THE VERY EDGE. This long forgotten 1963 thriller has suddenly been re-discovered – the BFI are screening it in April, but thanks to a fellow correspondent here I have got a ‘screener’. It’s a taut thriller (filmed in Ireland), a Raymond Stross production starring his wife Anne Heywood again as the happy housewife, looking after her husband Richard Todd and her ideal early ‘60s home, who is stalked by a deranged stranger – young Jeremy Brett, terrific here. He follows her around the supermarket and attacks her in her home causing her to miscarry her child. Worried policeman Jack Hedley notes the stranger will be back. Our worried couple move home, but its no use.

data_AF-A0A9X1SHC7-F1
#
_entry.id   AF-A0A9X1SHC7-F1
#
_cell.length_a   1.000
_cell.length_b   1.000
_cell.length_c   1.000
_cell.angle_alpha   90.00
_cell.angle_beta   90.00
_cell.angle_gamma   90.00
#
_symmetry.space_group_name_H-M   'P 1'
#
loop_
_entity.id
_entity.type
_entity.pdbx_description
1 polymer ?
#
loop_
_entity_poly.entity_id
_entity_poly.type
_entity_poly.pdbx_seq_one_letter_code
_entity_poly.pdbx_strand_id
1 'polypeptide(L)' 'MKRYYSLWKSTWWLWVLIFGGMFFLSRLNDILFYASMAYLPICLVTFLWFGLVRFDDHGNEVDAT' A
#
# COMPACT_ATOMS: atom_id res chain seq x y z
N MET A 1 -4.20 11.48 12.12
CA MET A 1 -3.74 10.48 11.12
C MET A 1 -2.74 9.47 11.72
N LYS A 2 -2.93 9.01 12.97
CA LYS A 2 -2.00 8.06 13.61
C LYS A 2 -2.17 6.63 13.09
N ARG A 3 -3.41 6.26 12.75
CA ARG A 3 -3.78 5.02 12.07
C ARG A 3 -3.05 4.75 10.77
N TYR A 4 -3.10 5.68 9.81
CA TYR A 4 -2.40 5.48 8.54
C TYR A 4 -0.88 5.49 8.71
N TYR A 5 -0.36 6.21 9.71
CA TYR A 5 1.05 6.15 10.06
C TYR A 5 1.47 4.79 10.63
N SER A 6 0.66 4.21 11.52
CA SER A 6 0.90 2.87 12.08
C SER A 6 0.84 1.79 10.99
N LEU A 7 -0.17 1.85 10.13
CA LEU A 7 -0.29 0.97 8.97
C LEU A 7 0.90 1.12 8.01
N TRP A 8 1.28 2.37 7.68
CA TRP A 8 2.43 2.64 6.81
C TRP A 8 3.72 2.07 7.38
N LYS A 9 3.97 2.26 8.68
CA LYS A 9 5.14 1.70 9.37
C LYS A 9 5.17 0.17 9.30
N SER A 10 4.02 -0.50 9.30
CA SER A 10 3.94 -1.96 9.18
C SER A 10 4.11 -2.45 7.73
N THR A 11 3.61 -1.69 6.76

Brett soon has her in his power again as she tries to fight back. We end up on the roof as our brave heroine has to outwit him before help arrives. Add in Nicole Maurey as Todd’s super-efficient secretary with a yen for him, as his and his wife’s marriage falls apart and tension is maintained to the very end. A routine thriller perhaps, but certainly watchable now. With Pauline Delaney, Gwen Watford, Maurice Denham, Barbara Mullen and Patrick Magee, and ably directed by journeyman Cyril Frankel.We liked Heywood recently in that revived I WANT WHAT I WANT from 1972 - Heywood label - where she is a transexual ...